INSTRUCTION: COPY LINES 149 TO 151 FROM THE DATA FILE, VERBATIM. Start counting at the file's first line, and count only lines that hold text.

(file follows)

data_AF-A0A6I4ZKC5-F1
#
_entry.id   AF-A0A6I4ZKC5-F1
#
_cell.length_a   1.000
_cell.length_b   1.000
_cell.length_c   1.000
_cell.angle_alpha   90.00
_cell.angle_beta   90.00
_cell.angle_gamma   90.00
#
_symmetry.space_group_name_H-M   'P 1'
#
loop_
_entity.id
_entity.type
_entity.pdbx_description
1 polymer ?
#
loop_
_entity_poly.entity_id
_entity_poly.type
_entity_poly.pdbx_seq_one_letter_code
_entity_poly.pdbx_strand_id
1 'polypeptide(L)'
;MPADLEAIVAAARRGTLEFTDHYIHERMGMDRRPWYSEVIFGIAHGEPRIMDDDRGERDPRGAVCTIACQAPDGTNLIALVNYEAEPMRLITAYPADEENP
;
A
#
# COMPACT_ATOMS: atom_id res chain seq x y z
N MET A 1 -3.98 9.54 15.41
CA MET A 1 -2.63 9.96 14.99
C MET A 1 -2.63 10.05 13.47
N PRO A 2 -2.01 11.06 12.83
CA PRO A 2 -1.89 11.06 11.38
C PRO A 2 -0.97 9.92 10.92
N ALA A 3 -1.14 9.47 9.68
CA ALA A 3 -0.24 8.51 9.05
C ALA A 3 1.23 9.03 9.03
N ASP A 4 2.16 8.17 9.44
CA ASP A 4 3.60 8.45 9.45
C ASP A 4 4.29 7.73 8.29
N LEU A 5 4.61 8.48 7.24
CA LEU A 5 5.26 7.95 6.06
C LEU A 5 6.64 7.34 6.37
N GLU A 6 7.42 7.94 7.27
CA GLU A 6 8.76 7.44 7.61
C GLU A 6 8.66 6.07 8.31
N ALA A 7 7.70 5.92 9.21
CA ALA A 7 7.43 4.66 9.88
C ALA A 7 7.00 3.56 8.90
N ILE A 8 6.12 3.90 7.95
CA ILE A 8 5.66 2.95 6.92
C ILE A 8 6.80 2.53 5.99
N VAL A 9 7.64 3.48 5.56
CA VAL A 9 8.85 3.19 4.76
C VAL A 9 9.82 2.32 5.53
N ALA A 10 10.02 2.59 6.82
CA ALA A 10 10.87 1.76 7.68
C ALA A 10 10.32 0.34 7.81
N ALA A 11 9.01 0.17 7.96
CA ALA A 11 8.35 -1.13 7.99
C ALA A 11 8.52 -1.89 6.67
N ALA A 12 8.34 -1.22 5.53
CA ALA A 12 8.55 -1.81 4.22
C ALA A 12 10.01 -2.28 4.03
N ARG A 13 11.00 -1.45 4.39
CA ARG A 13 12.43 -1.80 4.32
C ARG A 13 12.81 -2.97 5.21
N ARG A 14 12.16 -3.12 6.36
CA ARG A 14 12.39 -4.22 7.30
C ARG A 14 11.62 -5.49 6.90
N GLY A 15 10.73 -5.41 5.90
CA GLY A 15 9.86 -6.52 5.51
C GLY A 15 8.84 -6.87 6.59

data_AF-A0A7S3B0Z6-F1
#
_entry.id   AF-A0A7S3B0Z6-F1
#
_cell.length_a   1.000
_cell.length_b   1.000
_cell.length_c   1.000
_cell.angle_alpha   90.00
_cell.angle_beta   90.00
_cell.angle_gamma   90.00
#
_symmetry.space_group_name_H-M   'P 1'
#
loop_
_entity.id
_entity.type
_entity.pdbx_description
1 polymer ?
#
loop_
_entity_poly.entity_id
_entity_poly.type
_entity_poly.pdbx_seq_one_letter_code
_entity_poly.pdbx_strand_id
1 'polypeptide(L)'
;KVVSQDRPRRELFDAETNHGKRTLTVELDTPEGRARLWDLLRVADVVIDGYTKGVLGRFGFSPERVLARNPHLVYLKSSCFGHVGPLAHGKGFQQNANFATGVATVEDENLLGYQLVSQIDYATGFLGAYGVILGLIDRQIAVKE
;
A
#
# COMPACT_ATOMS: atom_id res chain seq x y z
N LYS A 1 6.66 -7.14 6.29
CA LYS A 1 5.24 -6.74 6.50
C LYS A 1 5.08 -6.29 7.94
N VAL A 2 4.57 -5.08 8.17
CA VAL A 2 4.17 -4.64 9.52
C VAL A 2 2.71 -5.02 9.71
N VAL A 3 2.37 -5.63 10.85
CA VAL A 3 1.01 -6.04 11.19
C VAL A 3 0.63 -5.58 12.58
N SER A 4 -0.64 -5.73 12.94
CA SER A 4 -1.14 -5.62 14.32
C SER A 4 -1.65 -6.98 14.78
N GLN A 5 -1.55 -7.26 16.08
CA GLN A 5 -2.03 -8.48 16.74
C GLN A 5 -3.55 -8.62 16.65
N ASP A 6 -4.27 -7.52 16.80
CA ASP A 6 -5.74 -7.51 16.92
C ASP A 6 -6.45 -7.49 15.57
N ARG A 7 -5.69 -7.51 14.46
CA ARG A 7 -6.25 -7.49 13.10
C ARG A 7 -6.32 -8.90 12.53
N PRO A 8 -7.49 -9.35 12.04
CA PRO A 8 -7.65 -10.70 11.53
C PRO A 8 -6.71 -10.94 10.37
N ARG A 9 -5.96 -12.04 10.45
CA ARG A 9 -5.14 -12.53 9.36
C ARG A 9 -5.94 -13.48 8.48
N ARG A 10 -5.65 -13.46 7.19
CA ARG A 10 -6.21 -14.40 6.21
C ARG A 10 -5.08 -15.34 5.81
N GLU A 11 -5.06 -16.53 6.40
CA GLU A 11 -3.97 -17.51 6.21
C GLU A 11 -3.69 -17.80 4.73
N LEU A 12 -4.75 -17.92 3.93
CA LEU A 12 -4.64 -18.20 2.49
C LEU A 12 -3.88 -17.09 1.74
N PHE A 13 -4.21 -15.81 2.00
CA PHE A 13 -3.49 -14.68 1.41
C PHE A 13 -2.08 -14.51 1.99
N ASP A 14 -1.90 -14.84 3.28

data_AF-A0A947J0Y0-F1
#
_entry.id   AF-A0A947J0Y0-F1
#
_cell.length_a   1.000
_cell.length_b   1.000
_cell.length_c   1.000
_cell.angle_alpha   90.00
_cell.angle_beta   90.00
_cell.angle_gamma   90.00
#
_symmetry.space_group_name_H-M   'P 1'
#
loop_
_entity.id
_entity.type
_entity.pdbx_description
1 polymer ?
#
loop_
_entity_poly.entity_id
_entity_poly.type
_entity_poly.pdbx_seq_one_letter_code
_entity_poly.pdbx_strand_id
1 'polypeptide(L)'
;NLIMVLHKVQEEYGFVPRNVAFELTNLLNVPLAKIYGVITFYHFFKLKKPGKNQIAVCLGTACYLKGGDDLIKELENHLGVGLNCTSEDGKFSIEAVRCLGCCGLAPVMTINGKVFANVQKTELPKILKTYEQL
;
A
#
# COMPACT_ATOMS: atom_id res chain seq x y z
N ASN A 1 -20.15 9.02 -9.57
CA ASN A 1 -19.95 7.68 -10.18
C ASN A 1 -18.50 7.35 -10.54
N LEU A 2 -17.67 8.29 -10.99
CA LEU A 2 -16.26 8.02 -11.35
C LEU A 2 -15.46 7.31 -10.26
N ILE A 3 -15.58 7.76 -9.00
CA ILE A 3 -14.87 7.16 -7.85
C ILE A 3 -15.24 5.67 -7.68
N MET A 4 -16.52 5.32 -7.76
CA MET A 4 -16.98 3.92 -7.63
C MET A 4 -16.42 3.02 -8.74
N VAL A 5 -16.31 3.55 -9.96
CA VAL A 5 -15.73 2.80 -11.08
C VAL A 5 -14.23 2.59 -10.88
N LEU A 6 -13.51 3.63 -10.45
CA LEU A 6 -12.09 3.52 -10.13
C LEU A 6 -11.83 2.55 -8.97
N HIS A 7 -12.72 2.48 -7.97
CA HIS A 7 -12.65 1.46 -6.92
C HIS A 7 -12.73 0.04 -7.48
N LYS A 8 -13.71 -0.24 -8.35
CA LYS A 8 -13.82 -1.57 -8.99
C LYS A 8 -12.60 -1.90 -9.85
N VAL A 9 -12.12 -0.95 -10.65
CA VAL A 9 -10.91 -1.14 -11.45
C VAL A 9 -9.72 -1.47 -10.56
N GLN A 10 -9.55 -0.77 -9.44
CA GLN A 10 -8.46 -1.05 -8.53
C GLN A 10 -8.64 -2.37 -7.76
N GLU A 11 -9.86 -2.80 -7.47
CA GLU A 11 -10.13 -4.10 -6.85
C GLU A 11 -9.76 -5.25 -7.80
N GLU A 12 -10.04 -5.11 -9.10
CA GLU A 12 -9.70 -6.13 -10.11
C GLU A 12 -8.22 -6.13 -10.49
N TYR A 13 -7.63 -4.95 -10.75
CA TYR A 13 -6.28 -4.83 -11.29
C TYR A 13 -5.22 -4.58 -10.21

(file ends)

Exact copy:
#
_cell.length_a   1.000
_cell.length_b   1.000